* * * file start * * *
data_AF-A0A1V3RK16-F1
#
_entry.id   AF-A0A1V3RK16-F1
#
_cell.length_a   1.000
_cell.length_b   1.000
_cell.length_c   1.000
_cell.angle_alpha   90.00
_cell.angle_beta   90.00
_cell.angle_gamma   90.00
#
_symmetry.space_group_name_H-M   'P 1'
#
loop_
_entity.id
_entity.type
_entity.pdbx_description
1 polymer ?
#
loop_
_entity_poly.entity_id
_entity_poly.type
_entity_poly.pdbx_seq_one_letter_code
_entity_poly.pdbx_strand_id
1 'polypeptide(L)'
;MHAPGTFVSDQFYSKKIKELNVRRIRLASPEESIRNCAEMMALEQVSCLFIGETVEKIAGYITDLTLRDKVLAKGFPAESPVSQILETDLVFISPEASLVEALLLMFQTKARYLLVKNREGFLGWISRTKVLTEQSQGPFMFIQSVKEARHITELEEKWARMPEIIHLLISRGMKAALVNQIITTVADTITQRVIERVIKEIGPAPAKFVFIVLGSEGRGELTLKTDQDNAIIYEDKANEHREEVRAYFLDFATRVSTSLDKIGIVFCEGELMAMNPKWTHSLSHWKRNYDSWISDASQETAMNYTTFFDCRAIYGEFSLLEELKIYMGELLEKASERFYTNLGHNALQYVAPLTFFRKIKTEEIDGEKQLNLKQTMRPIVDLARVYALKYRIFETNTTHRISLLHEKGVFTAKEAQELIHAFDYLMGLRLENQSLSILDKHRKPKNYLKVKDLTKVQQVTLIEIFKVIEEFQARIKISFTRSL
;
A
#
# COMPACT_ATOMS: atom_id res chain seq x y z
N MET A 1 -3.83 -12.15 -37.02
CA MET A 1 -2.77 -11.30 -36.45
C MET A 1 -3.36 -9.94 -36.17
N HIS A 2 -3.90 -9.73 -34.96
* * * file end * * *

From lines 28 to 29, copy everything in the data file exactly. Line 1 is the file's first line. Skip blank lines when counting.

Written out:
A
#